Coronavirus cases have been going up sharply in Latin America, although there are signs that the numbers of new cases may be beginning to drop in some countries.
Brazil has had more than 4.5 million confirmed cases – the third highest tally in the world after the US and India – and has had the most deaths after the US.
Mexico, Argentina, Colombia and Peru have also had major outbreaks, and are in the top 10 countries with the most confirmed cases.
Is coronavirus still spreading in Latin America?
Daily case numbers surged from May onwards, as they began to fall in European countries badly hit by the virus, like the UK, France and Italy.
Latin America is now the worst-hit region in the world, along with Asia.
The WHO says weekly numbers of reported cases have started dropping in some nations, but points out that Argentina and some Caribbean nations still seeing rising numbers of new cases.
Argentina, despite an early and strict lockdown, is seeing rapidly rising numbers, with new cases above 10,000 for most days since the end of August.
In Brazil, daily case numbers have been fluctuating, but they are now down from a peak of more than 69,000 recorded in a single day at the end of July.
In Mexico and Colombia, daily reported cases numbers have started dropping. Peru, which saw a resurgence in cases in August, is also seeing decreasing numbers.
The Pan-American Health Organization (PAHO) says that only a “consistent decrease in daily cases” would show if a region or country has passed the peak for infections.
It has also pointed out that within particular countries, some areas are seeing dramatic surges in case numbers, for example areas of Colombia which border Venezuela.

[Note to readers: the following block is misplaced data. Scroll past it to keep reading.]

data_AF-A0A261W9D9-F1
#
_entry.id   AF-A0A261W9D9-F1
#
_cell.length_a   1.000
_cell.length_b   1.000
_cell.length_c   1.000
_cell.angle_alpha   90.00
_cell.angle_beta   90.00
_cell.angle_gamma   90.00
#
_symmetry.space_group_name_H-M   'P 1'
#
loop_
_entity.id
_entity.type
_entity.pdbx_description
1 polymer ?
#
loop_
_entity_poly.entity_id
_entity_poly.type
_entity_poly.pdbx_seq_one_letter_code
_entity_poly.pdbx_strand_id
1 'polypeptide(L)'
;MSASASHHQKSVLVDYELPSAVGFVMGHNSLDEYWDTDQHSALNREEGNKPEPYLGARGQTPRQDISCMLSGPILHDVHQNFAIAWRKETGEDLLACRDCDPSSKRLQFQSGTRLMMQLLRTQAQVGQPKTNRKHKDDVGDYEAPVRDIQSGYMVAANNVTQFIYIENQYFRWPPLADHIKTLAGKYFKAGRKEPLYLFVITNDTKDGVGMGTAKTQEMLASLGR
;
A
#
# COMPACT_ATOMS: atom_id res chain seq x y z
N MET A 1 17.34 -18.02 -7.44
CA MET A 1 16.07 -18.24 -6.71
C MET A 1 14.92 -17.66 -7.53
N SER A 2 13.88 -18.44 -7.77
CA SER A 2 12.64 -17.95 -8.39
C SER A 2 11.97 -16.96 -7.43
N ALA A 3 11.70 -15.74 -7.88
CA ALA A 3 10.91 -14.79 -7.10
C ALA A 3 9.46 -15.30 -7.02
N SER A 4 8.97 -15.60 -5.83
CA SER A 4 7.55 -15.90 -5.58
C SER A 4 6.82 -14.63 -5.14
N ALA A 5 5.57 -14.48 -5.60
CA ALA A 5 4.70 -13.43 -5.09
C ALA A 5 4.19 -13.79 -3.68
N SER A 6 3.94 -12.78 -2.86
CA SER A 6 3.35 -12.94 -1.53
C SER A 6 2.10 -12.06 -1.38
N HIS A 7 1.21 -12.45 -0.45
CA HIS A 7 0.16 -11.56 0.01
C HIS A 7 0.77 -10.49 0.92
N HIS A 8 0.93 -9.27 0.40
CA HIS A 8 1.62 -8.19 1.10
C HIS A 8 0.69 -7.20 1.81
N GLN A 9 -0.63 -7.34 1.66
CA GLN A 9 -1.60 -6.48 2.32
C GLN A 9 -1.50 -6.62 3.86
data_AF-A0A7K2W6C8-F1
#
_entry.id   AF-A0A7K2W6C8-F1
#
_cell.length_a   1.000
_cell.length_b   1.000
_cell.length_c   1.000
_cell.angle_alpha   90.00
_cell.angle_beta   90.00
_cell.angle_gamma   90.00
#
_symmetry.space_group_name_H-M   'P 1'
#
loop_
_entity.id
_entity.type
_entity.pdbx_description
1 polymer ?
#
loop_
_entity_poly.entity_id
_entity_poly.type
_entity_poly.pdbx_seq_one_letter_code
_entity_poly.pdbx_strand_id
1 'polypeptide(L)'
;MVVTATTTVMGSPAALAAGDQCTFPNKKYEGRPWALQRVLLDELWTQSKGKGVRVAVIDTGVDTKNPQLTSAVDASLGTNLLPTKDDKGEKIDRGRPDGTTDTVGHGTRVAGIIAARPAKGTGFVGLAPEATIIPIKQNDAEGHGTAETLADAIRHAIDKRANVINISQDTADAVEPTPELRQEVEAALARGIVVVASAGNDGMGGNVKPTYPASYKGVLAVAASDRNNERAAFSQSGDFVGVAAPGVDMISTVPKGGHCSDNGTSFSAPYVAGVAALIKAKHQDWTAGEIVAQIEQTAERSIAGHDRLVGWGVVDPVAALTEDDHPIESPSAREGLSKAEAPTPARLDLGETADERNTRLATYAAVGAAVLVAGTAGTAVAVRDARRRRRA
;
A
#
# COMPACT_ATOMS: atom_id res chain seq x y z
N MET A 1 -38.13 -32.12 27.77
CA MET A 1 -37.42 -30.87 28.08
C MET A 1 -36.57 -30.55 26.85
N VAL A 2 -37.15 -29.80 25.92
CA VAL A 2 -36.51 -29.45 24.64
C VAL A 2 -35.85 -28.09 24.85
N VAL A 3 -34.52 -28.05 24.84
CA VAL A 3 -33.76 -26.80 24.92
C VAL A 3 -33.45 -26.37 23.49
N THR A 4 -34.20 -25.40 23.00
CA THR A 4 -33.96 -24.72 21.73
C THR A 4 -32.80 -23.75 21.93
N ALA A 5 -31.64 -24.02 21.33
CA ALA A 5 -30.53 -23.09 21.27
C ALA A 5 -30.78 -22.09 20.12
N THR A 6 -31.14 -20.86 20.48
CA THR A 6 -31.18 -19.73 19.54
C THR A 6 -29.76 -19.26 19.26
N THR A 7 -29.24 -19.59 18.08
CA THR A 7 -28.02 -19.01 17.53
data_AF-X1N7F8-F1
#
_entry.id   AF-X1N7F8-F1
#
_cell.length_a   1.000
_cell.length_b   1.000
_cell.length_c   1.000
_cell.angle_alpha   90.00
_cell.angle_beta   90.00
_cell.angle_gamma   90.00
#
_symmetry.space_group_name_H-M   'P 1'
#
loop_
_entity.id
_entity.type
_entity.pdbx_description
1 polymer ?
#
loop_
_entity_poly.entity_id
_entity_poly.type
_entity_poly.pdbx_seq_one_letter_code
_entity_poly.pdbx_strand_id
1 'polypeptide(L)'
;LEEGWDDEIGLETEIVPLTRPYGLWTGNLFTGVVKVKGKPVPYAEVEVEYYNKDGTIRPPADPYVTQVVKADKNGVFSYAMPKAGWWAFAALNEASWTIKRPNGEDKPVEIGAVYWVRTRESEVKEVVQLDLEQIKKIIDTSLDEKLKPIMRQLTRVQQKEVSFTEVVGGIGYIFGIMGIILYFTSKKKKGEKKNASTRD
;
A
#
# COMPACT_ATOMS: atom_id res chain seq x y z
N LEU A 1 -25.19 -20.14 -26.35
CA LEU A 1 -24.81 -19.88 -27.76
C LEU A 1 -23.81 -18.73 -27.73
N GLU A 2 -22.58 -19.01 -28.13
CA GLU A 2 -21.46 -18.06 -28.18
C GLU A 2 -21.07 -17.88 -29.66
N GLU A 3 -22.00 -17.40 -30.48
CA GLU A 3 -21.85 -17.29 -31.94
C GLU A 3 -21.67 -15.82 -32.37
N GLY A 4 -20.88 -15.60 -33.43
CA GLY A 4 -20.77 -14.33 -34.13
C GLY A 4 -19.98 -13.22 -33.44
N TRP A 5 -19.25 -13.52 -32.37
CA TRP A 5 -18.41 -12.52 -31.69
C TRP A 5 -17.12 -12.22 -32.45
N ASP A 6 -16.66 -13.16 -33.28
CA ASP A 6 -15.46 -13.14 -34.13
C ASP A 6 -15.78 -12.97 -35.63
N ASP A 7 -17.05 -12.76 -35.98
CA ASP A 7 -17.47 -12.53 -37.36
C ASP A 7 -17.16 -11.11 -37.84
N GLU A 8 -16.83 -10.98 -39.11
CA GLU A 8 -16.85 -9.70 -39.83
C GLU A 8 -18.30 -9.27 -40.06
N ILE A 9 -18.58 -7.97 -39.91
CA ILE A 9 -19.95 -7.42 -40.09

And overall daily case numbers can be sometimes be affected by changes in the amount or type of testing being done.
“It is important to keep in mind that many cases can go undetected and numbers must therefore be interpreted with caution,” a PAHO spokesperson told the BBC.
How big is the epidemic in Latin America?
The region as a whole had seen more than 8.8 million cases and more than 325,000 deaths, as of 22 September.
The two most populous nations, Brazil and Mexico, have seen the highest number of deaths – more than 137,000 and 73,000 respectively, according to the latest data from Johns Hopkins University.
Brazil has the second highest death toll in the world, after the US.
Peru has had more than 31,000 confirmed deaths. And Colombia has recorded more than 24,000 confirmed deaths.
However, the WHO notes that the numbers of deaths in region are on the decline, largely because of decreases in Colombia, Mexico, Ecuador and Bolivia.
It’s worth remembering that in addition to cases, deaths may also be under-reported, and that countries record deaths in different ways, making it hard to compare like for like.
How much testing has been done?
Chile has one of Latin America’s highest rates of testing – it had done more than 158 tests per 1,000 people as of 20 September.
And Colombia had done more than 60 tests per 1,000 people by 19 September.
But testing in many countries has been well below some other parts of the world, according to the most recent figures compiled by Our World in Data, a UK-based project which collates Covid-19 information.
Mexico has tested just over 11 people for every 1,000 as of 14 September, and Brazil had tested just over 27 in every 1,000 as of 12 September (the latest data available) – compared with more than 311 per 1,000 in the US (as of 17 September).
And of the tests these countries are doing, very high proportions are turning out to be positive, suggesting that they are not testing widely enough to find all cases.
For example, Colombia has been finding a positive case after only every three to four tests, and Argentina and Mexico after between one and three tests.
In fact, the WHO points out that in recent weeks, the percentage of coronavirus tests in Argentina coming back positive has exceeded 40%.